And so it was that I crossed the line the same way that I had crossed the previous 36 degrees of longitude - alone. And it couldn't have been more perfect or appropriate. The morning was just starting to lighten the eastern horizon and the stars were winking out one by one. The waters were rough but I was rowing strongly. The track playing on the CD - by accident rather than design - was IZ the Hawaiian singer, and his version of Wonderful World/Somewhere Over The Rainbow.
And it was indeed a wonderful world.
After that things started to get hectic, and I relinquished the peace and solitude that I had so enjoyed over the previous 99 days. The towboat from the Waikiki Yacht Club arrived (we had already arranged for this vessel to tow me into the yacht harbour, regardless of what time I finished, so it was quick to scramble) and using my sea anchor line connected me up and towed me back to Diamond Head, a spectacular peak that forms the backdrop to the finish line of the TransPac yacht race. By 10am the media boats had arrived, along with wellwishers and, of course, my mother.
And, just as I had started this leg of my row twice (once last year - which ended in disappointment, and once this year), I also finished it twice, once for me and once for the media. It was well worth the extra effort - the few photos I have seen so far have been fantastic, and have made quite a splash on the front pages of local newspapers. We also shot footage for the documentary - quite a lot of footage, until I was really starting to wonder if I was ever to be allowed to stop rowing.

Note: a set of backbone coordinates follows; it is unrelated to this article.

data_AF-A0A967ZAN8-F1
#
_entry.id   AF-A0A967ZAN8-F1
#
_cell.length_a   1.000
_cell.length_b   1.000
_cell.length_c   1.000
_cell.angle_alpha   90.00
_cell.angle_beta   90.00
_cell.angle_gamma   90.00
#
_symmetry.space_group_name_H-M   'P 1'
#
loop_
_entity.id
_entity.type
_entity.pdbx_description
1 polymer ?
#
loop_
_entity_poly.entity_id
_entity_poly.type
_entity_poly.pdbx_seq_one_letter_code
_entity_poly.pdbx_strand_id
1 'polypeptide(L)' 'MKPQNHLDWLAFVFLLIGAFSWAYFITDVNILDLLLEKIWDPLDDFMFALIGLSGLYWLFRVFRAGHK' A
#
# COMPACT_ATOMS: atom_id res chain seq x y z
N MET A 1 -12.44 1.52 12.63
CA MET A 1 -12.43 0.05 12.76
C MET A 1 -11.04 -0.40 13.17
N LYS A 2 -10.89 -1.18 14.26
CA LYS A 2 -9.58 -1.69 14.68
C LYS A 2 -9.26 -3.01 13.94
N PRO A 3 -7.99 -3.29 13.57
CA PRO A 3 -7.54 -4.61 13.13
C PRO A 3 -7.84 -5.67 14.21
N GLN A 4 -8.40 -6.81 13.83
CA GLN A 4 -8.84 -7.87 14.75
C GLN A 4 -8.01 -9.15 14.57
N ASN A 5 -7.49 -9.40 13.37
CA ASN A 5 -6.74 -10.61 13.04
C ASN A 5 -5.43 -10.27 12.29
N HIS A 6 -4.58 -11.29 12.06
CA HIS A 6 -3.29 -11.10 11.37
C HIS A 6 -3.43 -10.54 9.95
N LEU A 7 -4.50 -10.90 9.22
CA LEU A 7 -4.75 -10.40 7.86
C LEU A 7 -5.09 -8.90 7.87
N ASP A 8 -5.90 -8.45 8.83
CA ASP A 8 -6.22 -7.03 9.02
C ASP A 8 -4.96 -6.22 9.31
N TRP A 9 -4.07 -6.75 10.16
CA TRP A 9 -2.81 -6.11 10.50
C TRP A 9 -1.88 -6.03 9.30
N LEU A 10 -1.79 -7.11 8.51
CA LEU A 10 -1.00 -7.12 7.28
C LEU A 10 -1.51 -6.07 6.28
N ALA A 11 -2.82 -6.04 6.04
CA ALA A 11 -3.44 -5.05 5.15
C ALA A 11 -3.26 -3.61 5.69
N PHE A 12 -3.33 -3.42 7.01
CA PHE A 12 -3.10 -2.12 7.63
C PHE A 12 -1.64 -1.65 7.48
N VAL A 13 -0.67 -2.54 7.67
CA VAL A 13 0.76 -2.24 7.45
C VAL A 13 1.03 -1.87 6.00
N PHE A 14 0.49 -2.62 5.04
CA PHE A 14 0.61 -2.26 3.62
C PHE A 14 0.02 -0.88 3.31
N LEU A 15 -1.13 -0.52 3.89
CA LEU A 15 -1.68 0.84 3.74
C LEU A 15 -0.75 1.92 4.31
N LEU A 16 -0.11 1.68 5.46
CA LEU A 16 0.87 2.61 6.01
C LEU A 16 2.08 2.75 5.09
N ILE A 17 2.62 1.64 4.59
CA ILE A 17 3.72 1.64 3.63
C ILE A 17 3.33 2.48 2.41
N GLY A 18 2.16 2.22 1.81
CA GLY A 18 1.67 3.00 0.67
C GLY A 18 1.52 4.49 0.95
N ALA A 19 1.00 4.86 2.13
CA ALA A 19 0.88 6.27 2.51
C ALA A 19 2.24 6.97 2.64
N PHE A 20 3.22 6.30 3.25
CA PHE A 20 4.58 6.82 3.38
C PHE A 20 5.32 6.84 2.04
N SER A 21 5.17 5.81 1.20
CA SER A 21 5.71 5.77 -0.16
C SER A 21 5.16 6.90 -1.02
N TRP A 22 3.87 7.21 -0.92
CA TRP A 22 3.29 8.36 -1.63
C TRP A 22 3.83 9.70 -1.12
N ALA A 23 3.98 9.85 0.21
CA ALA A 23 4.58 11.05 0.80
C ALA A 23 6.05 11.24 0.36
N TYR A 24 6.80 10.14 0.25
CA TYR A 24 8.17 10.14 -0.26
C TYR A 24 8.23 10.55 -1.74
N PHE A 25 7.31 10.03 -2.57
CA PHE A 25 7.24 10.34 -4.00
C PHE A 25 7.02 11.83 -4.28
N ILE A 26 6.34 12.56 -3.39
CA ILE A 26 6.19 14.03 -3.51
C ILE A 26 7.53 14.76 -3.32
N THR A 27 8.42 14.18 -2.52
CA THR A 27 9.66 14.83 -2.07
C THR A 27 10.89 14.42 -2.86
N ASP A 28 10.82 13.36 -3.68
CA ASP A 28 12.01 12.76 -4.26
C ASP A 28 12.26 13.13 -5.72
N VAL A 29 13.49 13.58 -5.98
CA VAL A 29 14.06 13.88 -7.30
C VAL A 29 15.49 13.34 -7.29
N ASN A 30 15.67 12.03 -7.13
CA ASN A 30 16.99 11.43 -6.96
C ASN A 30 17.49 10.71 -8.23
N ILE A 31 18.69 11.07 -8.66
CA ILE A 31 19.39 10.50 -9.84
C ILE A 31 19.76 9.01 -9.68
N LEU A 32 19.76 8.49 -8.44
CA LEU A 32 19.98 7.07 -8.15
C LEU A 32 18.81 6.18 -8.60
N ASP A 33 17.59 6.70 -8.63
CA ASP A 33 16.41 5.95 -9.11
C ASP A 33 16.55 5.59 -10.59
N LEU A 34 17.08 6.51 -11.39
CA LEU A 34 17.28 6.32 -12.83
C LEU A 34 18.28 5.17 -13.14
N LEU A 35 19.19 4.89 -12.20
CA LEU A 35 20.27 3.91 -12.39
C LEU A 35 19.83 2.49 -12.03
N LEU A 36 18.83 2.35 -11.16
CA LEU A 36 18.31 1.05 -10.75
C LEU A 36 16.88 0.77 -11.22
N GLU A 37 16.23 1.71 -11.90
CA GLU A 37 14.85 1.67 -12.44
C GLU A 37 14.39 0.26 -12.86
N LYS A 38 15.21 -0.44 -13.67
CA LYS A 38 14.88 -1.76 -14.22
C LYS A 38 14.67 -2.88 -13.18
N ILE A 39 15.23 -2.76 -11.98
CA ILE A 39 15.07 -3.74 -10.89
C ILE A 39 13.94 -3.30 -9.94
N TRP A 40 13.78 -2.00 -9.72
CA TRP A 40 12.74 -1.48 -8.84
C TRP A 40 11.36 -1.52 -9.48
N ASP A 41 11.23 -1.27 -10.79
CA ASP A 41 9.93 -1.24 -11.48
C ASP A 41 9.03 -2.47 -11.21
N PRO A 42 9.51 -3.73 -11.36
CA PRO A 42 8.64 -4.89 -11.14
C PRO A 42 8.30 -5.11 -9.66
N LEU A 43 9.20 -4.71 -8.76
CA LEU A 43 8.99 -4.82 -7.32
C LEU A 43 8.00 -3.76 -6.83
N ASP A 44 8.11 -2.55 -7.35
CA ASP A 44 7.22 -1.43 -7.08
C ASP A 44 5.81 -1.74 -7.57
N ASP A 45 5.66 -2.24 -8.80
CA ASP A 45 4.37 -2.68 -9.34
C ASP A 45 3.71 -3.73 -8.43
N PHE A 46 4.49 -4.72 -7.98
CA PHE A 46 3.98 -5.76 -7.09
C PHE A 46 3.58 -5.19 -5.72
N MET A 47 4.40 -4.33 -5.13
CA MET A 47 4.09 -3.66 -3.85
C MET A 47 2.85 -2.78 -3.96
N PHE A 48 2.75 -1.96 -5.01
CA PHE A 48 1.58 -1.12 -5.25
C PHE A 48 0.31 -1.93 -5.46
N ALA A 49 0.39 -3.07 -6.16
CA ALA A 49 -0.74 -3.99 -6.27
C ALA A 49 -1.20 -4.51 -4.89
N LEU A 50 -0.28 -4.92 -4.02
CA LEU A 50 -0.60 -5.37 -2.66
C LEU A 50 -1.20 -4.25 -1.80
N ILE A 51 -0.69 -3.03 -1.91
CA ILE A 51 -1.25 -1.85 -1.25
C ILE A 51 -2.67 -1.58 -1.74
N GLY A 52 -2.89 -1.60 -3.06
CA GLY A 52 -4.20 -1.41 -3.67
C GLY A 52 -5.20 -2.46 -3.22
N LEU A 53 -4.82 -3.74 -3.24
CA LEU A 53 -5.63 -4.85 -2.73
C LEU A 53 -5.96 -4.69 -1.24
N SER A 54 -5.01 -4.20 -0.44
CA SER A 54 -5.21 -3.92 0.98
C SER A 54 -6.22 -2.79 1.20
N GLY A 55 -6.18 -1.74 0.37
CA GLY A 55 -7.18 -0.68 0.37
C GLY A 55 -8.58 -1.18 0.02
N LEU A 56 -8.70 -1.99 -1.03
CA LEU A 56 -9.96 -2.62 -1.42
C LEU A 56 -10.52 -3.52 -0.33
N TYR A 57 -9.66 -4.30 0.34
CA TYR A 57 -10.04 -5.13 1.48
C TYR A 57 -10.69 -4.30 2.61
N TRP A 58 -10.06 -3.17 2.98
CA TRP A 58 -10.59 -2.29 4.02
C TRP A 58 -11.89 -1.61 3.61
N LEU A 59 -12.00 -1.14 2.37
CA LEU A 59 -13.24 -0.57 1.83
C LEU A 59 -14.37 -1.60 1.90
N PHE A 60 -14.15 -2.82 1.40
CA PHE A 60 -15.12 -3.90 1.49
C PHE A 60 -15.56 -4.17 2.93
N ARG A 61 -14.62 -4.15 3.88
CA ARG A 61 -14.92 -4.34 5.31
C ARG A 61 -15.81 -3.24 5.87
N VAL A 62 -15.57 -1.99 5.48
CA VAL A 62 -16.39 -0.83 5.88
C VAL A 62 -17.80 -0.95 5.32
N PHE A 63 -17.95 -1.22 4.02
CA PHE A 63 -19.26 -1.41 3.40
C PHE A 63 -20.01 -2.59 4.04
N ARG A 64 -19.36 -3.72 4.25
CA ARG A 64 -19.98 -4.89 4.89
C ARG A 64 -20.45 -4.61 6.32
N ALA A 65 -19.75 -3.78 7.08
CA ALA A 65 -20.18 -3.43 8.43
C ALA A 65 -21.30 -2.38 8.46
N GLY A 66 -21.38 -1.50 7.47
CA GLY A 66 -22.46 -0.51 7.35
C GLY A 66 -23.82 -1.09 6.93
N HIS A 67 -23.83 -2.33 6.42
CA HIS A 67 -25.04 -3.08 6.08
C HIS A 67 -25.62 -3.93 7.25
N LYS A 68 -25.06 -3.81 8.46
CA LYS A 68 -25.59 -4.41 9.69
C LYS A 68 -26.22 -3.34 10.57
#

Eventually we were finished, and the towboat connected me up again. As they towed me towards the skyscrapers of Honolulu I retreated to my cabin for a few final moments alone, bracing myself for the onslaught of sensory input, in marked contrast to the watery world that had started to feel to me like a normal way of life.
The towboat dropped me at the entrance to the yacht harbour and I rowed the last few hundred yards in to the dock at the Waikiki Yacht Club, where I was greeted by cheers, a crowd of people, a phalanx of TV cameras - and a glass of chilled champagne.
I had become the first solo woman to row from California to Hawaii - but that was not what was running through my mind. Records are not important to me. The feeling I had inside was not pride, but a quiet sense of achievement in a job well done, having achieved my goals both environmental and personal. Records can be broken, but that inner sense of satisfaction can never be taken away. I was happy.